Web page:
I love Doctor Who. Always have and always will.
It’s been a constant source of fun and adventure in my life, from the moment I could first climb behind my sofa in fear of the Daleks, Cybermen, or the Zigons. For thirty years I have traveled as a virtual companion across space, time, and a dimension or two. Doctor Who helped shape me as a child and the lessons I learned from the show have stuck with me all my life.
Most important of which:
1. Never, NEVER cross your own timeline
2. Time is a big ball of wibbly wobbly … time-y wimey … stuff.
And I have not been alone on my journey. I have been joined by an army of fans at first in the UK and now across the world. The show is now hugely popular across the pond with the American fans and to them I say: “Hello and welcome to the party!”
Doctor Who first appeared on BBC television on 23 November 1963, an idea developed by the head of drama for the BBC by a Canadian by the name of Sydney Newman. The Doctor was originally played by WW2 veteran William Hartnell. Hartnell took the role of Doctor Who in 1963 with the “pilot” and then “An Unearthly Child.” He played The Doctor until 1966, his last episode being “The Tenth Planet” and his last words being “Ah, yes! Thank you. It’s good. Keep warm.”
We moved on into the history books. A TV giant was born. Patrick Troughton took over from 1966-1969, followed by a constant succession of regenerations: Jon Pertwee 1970-1974, Tom Baker from 1974–1981, Peter Davison 1981-1984, Colin Baker from 1984-1986, Sylvester McCoy from 1987-1989. Seven years after the television run ended, Paul McGann reprised the role in 1996 for a feature film version called “Doctor Who.”
This is what many consider to be the end of the classic Doctor Who, with a movie that was full of ideas, had in my opinion one of the best Doctors — but ultimately failed to bring Doctor Who back into the mainstream. With that, the world thought they had seen the last of Who. The franchise continued with books and audio adventures narrated by McGann (as well as Richard E. Grant, who would later make a comeback as the Great Intelligence in season 7), but it was thought to be long dead to the TV audiences.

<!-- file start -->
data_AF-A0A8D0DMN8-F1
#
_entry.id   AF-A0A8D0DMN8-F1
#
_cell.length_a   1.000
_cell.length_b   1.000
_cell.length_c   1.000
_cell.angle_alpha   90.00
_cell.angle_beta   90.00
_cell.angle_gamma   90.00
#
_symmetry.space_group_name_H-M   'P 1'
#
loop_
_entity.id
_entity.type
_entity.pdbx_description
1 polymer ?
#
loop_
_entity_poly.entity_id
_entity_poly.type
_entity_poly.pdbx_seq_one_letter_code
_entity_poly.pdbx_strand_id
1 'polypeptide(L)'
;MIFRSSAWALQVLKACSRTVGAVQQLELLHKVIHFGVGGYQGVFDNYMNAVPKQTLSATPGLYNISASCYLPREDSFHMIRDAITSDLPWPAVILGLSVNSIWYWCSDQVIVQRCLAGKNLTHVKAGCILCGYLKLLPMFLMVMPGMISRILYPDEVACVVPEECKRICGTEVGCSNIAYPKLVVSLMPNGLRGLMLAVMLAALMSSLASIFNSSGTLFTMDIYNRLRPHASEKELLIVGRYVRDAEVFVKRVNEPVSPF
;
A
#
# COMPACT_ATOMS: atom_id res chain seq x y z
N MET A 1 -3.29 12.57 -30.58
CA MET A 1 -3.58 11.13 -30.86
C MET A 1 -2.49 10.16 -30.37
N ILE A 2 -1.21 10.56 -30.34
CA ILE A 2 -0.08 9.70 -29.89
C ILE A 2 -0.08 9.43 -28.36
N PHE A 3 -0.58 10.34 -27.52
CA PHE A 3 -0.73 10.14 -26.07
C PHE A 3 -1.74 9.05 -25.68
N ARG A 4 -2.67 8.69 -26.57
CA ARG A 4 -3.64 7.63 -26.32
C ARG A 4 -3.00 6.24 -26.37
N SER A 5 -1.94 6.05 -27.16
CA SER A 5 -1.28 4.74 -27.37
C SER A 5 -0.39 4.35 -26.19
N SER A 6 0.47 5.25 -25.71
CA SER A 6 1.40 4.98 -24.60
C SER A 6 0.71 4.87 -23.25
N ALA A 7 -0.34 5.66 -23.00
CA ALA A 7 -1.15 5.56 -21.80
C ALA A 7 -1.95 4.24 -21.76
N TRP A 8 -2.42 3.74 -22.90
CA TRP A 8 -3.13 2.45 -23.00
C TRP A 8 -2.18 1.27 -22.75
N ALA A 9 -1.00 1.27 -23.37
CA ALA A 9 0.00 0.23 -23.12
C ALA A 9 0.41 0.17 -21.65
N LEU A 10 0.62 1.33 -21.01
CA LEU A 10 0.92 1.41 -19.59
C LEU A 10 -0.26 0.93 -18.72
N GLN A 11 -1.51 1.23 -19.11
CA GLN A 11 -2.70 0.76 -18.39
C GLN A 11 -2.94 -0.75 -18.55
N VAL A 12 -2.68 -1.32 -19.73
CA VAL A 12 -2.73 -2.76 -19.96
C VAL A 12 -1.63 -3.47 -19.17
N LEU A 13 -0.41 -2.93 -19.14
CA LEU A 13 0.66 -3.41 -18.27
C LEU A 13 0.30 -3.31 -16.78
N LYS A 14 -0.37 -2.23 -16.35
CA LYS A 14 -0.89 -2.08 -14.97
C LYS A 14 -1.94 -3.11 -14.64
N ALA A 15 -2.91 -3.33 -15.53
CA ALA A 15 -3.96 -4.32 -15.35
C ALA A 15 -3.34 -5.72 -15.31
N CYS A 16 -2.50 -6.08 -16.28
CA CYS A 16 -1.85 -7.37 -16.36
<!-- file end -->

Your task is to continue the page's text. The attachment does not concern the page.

But then, in 2003 there was a hope. Russell T Davies and Julie Gardner were appointed producers to a new series, and on March 26, 2005, Doctor Who was back. The role of the ninth doctor was taken on by Christopher Eccleston, followed by David Tennant and Matt Smith.
One of the show’s unique qualities is that when the moment comes for the main character to leave (in the form of a regeneration), you can feel sad and excited all at the same time, wondering who is next and if they will live up to expectations, and relishing in the excitement of seeing the Doctor and the new tardis layout.
Another is the rich history. Watching the new series, classic fans can trace the Great Intelligence back to Patrick Troughton and the yetis. Even after fifty years, it works as one coherent show.
These days, I work with kids and it amazes me how a show that started fifty years ago is still inspiring children to find the back of the sofa — just like it did when I was young — and that we are still asking each other the question “Who is your doctor?”
I now have a son, and come Saturday nights, I love sitting down with him to watch Doctor Who. I hope he, like his father, has many wonderful adventures in time and space with his Doctor. (And maybe, just maybe, can one day be the doctor.)
Want to learn more about the history of Doctor Who? Check out Doctor Who Who-Ology: The Official Doctor Who Miscellany. Feeling lucky? Hop on over to Twitter to try to win one of five copies.